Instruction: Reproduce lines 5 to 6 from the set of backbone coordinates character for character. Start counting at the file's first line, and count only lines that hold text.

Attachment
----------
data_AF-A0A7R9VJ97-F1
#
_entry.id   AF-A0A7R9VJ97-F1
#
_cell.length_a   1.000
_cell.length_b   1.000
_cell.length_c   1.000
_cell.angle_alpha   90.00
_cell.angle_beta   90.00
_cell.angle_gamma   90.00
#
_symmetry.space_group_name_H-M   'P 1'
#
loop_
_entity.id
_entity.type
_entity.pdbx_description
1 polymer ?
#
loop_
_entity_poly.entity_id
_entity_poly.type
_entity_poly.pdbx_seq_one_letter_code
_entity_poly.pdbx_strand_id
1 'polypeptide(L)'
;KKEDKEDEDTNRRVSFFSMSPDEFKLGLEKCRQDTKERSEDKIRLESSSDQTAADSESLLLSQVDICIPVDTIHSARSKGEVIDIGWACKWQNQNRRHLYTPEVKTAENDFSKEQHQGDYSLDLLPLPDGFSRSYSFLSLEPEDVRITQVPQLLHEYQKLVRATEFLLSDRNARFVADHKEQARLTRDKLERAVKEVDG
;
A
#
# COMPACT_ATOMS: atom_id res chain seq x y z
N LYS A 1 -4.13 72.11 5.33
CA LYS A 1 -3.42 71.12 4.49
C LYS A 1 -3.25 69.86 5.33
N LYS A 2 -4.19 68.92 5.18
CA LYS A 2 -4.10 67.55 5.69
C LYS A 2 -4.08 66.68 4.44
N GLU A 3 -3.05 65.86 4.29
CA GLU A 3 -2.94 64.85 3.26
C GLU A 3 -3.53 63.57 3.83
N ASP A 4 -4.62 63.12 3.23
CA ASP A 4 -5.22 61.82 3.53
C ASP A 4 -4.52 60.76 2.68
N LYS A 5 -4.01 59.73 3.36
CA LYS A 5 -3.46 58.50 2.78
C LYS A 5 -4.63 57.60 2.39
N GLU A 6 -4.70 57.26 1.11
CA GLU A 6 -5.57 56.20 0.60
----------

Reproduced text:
_cell.length_a   1.000
_cell.length_b   1.000